10 04, 2012

Getting Help for Allergies with Acupuncture

Rick is an active 42-year-old-man who came to us a few years ago complaining of allergy symptoms that kept him from enjoying the outdoor activities he loved. Rick was using over-the-counter medication to treat his symptoms, but found they were ineffective or produced side effects that were nearly as bad as the allergy symptoms themselves.

Digging Deeper

When we first saw Rick, we noticed his energy was low. Digging deeper, we discovered he often woke up tired and had trouble falling and staying asleep at night. He also complained of lower back pain in spite of being in great shape.

Rick’s symptoms indicated he had a lung and kidney qi-energy deficiency. We knew Rick’s kidneys were deficient because of his lower back pain and because his pulse was weak in the kidney position. The kidneys help keep the lungs strong and healthy so weak lung qi-energy can also be a sign of weak kidney qi-energy.

man enjoying outdoors allergy free

A Plan for Treatment

Allergies often develop in the sinuses after repeated colds and flu that can weaken the sinuses to the point where they may never fully recover.

To remedy this, we focused Rick’s acupuncture treatment on the sinus points as well as the lung and kidney points. This opened, cleared, and stimulated the sinuses so they would function properly and be strong enough to withstand environmental aggravators such as allergens, wind, colds and flus, and cold weather.  

Because the lungs are associated with sinus health and the kidneys support the lungs, we targeted both organs in acupuncture treatment to help promote sinus and respiratory health. By doing this, we were able to treat Rick’s allergy symptoms and address the underlying internal conditions that were contributing to his allergies.

Rick’s allergies improved immediately and became less severe over the course of treatments. After 10 treatments, his symptoms resolved and we recommended he return for treatment before the start of the next allergy season.

Today, Rick’s symptoms are mild and infrequent and we are able to focus on other ailments and to strengthen his overall health and body balance. He continues to come in regularly before allergy season, but needs only a few treatments to keep his symptoms in check.  Rick is doing great and is able to enjoy his time in the outdoors year round, thanks to the benefits of acupuncture and Chinese medicine (TCM) for seasonal allergies.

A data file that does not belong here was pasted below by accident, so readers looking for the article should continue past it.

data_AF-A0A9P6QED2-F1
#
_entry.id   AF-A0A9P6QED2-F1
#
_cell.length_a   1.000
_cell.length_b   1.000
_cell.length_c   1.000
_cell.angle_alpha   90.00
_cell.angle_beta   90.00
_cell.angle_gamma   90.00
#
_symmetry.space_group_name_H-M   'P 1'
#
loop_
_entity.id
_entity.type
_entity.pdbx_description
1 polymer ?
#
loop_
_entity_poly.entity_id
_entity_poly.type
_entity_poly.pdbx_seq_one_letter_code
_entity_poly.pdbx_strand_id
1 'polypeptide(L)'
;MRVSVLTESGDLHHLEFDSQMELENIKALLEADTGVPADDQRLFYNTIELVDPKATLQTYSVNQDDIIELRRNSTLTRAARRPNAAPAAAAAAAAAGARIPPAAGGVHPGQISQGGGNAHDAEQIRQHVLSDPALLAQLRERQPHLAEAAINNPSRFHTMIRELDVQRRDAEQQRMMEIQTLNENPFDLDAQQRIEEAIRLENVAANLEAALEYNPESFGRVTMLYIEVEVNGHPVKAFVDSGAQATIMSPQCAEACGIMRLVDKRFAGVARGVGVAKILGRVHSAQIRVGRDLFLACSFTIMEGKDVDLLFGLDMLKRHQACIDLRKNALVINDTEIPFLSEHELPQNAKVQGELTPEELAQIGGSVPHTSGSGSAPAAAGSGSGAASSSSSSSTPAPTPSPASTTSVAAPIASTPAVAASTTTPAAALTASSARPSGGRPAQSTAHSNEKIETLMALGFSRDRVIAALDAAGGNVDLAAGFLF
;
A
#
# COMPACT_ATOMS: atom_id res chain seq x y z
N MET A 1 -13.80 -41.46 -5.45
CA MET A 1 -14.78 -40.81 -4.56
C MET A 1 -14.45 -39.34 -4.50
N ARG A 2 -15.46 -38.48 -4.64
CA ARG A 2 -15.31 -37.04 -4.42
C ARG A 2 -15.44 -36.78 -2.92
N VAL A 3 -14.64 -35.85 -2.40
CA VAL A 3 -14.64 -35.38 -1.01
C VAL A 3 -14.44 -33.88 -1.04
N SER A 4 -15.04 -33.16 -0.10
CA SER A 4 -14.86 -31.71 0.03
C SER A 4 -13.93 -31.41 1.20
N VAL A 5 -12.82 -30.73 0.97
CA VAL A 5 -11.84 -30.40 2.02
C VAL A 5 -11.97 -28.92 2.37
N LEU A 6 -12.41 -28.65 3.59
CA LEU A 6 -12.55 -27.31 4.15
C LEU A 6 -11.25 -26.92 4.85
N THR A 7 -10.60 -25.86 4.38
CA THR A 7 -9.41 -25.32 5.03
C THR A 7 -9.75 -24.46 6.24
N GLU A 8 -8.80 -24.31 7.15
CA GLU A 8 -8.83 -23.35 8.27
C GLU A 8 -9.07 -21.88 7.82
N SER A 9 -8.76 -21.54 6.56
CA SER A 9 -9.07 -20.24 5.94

Wondering if acupuncture can help with your condition? Contact Okanagan Acupuncture Centre at our downtown Kelowna location.

22 06, 2011

Seasonal Allergies

I've suffered from allergies for a long time, after becoming frustrated with the 'off-the-shelf type products' I thought I'd try a natural alternative. From the initial contact with Okanagan Acupuncture I was impressed with their thoroughness in answering my questions and alleviating any concerns.

After 2 treatments my symptoms have decreased significantly and I'm optimistic that the results will continue. I'm confident in recommending OAC to anyone suffering from seasonal allergies, especially to anyone who has tried every available drugstore type anti allergy product and become frustrated with diminishing results.    -David, Peachland, BC

19 05, 2009

Hay Fever / Seasonal Allergies

Hay fever, also called allergic rhinitis or seasonal allergies, is an allergic response to indoor or outdoor airborn allergens, such as pollen, dust mites, or pet dander. This causes cold-like symptoms such as runny nose, congestion, sneezing and sinus pressure. For many people, hay fever is seasonal, worse at certain times of year, especially in the spring, summer or fall. But some people experience hay fever year-round. Hay fever affects about 1 in 5 people and can begin at any age but is most likely to develop in childhood or early adulthood.